Japan is a country known for its profound and rich tradition and culture that is reflected through the astounding colors that they use on their clothing, rituals, celebration, and arts.
While the country has been influenced minimally by the western culture, the meanings related with the traditional colors are still valid up to this day. Color meanings & symbolism in Japan are important during significant events and rituals.
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Traditional Color Meanings & Symbolism in Japan
Traditional colors can especially be seen on the Japanese kimono. This color may indicate a unique meaning that is quite important.
Therefore, in the case that you notice someone wearing a white or a black kimono, you should not instantly think that they are attending a funeral. Learn about the color symbolism in this article.
Red is one of the most common traditional colors in Japan. This color can often be seen during a happy and lively event.
Having a red decoration can invite joy and happiness. You should also wear this when attending important activities and events such as birthdays and weddings. Generally, this color has been associated with paint, cherries, and public phones.
- In the Japanese culture, red is the symbolism of blood, self-sacrifice, and passion. This color will encourage your blood to flow.
- During an auspicious event, the host of the occasion will serve a red bean rice. There are also different terms associated with red that denotes a powerful emotion.
Apart from red, white is also a prominent color in the Japanese culture. This is the preferred color of car by the Japanese.
However, this is also a color related with mourning and death. On the contrary, it may also be related with truth, purity, and innocence.
The local culture believed that it is a blessed shade. Due to its sacred color, white will also be worn during happy life events and weddings.
- The simplicity of white has made it one of the most common colors on traditional Japanese art.
- White is used to depict snow. This is the color that indicates that someone is trying to get back to his root. White can also pertain to a scornful feeling.
Blue is the symbolism of fidelity, passivity, and coolness. This is the color that you will usually see in the local clothing.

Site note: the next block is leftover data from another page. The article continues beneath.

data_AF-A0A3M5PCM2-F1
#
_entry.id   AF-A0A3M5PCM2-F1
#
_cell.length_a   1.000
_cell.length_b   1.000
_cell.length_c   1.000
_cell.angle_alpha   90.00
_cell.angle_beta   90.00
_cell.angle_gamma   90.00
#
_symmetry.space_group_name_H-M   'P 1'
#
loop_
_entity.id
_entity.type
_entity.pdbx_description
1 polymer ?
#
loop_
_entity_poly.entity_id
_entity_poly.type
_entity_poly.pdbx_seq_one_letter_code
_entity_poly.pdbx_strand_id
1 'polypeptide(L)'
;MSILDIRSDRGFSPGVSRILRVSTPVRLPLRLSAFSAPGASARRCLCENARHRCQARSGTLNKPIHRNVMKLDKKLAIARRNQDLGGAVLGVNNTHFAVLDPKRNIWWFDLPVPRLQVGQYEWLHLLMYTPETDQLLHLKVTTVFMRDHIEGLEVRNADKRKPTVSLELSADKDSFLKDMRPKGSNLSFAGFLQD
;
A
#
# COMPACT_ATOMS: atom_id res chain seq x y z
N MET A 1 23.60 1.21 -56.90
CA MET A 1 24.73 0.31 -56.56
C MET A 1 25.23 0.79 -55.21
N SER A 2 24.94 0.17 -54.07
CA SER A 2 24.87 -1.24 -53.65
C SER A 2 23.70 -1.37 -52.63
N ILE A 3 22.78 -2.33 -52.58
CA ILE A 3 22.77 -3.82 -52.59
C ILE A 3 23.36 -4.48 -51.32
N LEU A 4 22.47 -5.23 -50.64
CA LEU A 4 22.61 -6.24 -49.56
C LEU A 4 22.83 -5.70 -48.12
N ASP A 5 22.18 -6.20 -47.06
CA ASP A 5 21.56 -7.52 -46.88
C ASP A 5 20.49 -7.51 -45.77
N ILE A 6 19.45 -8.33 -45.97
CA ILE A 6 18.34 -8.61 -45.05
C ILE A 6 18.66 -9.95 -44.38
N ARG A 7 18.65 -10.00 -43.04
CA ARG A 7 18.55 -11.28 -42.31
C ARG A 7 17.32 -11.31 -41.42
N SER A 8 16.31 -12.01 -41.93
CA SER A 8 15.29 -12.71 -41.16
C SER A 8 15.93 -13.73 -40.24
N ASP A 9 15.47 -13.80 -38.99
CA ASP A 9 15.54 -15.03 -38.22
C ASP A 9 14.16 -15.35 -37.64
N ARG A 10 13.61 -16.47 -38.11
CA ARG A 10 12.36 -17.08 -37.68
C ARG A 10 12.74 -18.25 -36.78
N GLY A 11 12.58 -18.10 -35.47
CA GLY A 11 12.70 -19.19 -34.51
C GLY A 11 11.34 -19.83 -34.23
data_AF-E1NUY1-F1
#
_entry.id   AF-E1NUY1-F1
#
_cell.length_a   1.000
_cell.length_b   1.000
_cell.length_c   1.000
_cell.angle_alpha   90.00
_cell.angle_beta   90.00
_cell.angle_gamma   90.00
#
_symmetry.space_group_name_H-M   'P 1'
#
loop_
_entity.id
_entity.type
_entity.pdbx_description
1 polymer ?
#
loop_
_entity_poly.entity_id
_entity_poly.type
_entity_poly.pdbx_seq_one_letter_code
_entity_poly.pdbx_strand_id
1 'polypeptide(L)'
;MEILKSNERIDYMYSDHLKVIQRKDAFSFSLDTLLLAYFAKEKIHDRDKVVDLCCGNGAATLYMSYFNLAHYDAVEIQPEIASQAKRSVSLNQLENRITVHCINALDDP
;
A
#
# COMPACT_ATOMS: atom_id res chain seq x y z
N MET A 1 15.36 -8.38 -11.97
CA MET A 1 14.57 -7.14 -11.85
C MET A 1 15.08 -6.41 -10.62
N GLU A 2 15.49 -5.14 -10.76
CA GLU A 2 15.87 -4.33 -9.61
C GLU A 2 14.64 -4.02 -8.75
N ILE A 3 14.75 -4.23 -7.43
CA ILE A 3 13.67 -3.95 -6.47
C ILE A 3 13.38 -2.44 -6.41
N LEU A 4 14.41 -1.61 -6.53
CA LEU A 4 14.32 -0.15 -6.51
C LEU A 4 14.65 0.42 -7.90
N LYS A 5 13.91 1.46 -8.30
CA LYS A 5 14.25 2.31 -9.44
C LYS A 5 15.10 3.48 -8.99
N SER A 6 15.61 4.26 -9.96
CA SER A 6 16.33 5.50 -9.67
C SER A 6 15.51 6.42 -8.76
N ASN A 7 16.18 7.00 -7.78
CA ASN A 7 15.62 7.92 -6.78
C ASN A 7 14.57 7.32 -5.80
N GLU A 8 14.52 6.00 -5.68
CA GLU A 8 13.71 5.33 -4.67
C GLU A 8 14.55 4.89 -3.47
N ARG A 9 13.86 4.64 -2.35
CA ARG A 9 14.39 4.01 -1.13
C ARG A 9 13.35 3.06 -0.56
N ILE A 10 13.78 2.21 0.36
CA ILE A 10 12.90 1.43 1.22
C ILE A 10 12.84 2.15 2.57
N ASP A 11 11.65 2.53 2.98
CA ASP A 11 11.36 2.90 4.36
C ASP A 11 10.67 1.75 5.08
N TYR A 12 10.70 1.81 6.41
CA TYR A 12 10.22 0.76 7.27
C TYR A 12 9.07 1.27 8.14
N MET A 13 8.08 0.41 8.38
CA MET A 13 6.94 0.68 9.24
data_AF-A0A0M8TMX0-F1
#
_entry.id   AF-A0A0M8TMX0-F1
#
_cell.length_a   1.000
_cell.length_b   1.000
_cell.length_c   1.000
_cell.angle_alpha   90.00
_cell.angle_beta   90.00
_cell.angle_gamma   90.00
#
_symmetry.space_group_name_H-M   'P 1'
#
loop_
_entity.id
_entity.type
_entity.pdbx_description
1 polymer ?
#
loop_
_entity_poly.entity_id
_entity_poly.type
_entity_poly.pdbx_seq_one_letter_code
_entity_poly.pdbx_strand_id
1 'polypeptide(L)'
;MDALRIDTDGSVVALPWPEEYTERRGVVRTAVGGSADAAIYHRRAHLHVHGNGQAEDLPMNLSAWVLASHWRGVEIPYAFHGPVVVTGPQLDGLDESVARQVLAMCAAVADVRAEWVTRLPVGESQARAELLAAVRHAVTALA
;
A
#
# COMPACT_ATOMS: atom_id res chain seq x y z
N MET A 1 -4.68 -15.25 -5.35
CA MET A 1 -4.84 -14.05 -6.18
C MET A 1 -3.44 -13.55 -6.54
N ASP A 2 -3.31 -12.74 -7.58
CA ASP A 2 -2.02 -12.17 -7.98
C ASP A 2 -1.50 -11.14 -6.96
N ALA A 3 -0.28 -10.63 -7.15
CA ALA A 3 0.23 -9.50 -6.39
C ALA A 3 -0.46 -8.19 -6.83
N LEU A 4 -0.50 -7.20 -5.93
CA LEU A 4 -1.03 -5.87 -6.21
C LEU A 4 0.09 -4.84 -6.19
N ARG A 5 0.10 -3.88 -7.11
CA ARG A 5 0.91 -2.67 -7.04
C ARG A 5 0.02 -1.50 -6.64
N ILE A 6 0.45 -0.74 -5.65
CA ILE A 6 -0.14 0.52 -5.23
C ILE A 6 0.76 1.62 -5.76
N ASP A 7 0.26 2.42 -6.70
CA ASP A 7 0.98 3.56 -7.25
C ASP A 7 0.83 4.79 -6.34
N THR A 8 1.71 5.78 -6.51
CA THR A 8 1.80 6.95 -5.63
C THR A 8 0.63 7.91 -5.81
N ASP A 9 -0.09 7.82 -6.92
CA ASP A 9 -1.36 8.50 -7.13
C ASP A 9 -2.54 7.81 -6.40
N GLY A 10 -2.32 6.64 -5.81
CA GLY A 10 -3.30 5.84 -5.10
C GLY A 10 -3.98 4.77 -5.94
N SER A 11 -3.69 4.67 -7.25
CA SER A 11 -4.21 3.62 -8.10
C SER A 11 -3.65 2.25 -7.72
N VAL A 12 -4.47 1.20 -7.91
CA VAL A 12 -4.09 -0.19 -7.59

People who are working on a corporate job will wear this color. Most students in the university will have a recruitment suit in blue color.
- Blue is an important color due to the luck that it brings.
- In Japan, blue is a symbol of femininity. This is the color that will be worn by younger females that will showcase their purity.
- It will also be used in the traditional kimono of Japan that will represent fashion and season.
Green is another popular color among clothing brands. This offers a fresh and relaxing ambiance. Tea is a staple part of the Japanese culture.
One of the most popular type of tea is the Green Tea. After brewing, the tea and the leaves will maintain its green pigment.
Japan is also celebrating Greenery Day. This is the day where they will celebrate their respect and love for vegetation and nature.
- In Japan, green represents energy, eternity, and vitality.
- It is also the symbolism of growth and fertility.
- Adding some green pigment inside the home is a way to introduce elements of nature in your house.
Black is the most used colors in electronics in Japan. In the traditional Japanese culture, this color is associated with anger, night, non-being, and mystery. The art of calligraphy will always be done using the conventional black ink.
- Just as we mentioned above, black is the color associated with mourning and funeral. Condolence gifts that are stored in the wooden packaging will be wrapped in black strings.
- They also relate this color to the eyes and the hair of the locals.
- A lot of phrases in Japan is also using the term black.
- It can also be associated with a bad person.
In Japan, yellow stands for nature and sunshine. You can often encounter this color in gardening and clothing.
This is the color of the preschool children’s cap and railway crossing to improve visibility and to advice others to be cautious. In the western countries, yellow will often be a symbol of treachery but in Japan, this is a sacred color.
- Japanese term which literally translate to yellow beak signifies the lack of experience of the person.
- Yellow voice pertains to the piercing sound of children and women.